by Kate Raynes-Goldie
This workshop was all focused entirely on hands on game design.
We began by testing the third prototype, a mystery story in a world similar to the X-Files, where players — as top secret spies — are not even sure if they can trust their employer. We used a Wizard of OZ-style technique, with David as the computer. The game unfolded by David telling the story and results of actions, while writing the main points on a white board.
On their own, as we played, some children had trouble focusing on the game until they grabbed sheets of paper to draw the characters they were imagining in their heads or to make notes about the mystery. In previous play tests with cards or board games, those physical pieces had been the centre of focus that brought everyone together. This need for a physical shared game space further underscored the need to make the final game a board game (or something similar).
The second key learning from this third prototype was the need to better scaffold trust decisions within the game. In this version, players would be given different clues and leads to follow. At the end of each round, as a group, players had to make a decision about who to trust. The issue, we discovered, was that the game assumed a bit too much about players already having established frameworks for making trust decisions. In other words, the trust decisions needed more scaffolding, which in turn needed to be built into the game.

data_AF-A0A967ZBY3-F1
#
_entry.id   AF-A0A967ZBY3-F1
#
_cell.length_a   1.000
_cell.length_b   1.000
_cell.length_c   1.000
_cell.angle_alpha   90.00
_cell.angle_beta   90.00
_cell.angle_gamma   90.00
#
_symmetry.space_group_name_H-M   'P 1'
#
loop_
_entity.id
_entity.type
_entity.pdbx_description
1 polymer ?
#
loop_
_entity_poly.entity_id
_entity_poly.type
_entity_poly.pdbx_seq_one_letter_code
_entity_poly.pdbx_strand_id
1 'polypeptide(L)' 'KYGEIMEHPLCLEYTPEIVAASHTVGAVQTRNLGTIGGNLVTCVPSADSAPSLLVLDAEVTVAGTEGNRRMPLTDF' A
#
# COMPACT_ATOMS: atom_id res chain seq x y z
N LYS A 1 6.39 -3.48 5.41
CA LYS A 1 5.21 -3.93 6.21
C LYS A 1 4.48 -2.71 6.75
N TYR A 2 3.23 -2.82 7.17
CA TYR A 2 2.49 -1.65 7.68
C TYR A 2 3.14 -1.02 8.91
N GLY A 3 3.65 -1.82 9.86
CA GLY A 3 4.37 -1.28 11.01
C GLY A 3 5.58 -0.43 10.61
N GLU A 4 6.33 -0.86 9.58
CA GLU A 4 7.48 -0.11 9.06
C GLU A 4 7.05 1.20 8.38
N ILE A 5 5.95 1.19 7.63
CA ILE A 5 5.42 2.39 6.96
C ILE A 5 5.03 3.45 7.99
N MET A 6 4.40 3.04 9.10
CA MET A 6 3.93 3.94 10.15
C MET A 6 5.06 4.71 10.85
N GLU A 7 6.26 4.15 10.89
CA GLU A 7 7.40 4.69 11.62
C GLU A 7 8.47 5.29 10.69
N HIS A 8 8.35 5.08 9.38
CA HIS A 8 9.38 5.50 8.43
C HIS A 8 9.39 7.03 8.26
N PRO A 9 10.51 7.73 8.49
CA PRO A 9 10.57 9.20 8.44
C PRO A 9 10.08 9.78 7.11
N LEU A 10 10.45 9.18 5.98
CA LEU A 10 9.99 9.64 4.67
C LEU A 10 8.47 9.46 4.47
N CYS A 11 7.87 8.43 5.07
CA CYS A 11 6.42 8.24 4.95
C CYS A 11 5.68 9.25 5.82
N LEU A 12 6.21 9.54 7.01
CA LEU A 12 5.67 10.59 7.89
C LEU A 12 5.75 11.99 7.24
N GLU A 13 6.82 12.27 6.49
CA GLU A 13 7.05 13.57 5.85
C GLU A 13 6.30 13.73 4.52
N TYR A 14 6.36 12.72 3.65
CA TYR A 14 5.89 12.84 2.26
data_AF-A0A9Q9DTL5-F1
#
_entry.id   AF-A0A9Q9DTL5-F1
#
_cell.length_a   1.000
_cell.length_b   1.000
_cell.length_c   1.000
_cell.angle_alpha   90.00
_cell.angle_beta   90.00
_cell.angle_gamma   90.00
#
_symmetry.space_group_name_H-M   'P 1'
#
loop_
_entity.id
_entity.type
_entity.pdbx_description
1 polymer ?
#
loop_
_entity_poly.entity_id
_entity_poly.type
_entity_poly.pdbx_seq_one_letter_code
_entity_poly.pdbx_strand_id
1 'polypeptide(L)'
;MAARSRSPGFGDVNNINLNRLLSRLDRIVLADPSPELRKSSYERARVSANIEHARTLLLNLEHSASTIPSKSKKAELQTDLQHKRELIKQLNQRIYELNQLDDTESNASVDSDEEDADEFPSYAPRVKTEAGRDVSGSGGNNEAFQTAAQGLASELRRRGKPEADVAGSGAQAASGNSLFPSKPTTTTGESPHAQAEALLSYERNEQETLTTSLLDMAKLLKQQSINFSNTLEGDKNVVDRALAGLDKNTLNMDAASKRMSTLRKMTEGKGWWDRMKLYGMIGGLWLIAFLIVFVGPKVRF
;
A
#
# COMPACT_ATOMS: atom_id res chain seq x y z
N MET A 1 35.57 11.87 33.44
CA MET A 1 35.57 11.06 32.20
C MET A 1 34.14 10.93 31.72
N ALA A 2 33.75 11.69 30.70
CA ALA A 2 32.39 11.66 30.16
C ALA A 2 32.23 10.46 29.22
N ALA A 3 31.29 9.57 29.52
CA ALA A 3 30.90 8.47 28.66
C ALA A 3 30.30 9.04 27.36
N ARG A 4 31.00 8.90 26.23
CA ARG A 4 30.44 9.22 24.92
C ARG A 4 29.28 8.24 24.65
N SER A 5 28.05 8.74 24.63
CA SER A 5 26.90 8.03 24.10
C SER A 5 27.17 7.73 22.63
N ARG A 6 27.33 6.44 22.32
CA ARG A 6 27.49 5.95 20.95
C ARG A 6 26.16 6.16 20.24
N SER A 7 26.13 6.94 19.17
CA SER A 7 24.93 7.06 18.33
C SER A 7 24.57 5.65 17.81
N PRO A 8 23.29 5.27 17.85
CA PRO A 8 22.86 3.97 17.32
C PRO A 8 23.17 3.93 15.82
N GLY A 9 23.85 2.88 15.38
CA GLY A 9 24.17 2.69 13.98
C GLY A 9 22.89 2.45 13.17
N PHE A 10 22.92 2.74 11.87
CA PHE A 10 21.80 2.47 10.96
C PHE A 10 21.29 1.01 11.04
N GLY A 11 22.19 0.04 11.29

After the playtest and feedback session, we began creating the species, characters and locations that would fill out the world. We decided the game would take place in an interdimensional town, where 7 different dimensions connected. Each dimension would have its own species and backstory that shape the game narrative and world. In this way, each child would get to create their own piece of the game through their own unique world, character and species. We created simple sheets for everyone to fill out. For example, the character sheet asked for the characters’ name, where they lived, their favourite hobbies and so on. Each child also drew a few pictures of their characters and other members of their species. These concept drawings and descriptions will then be passed along to our artist – Dara Gold — who will turn them into finished pieces that will make up the game world.
Stayed tuned — in the next post, I’ll be sharing the concept and finalized drawings from the game!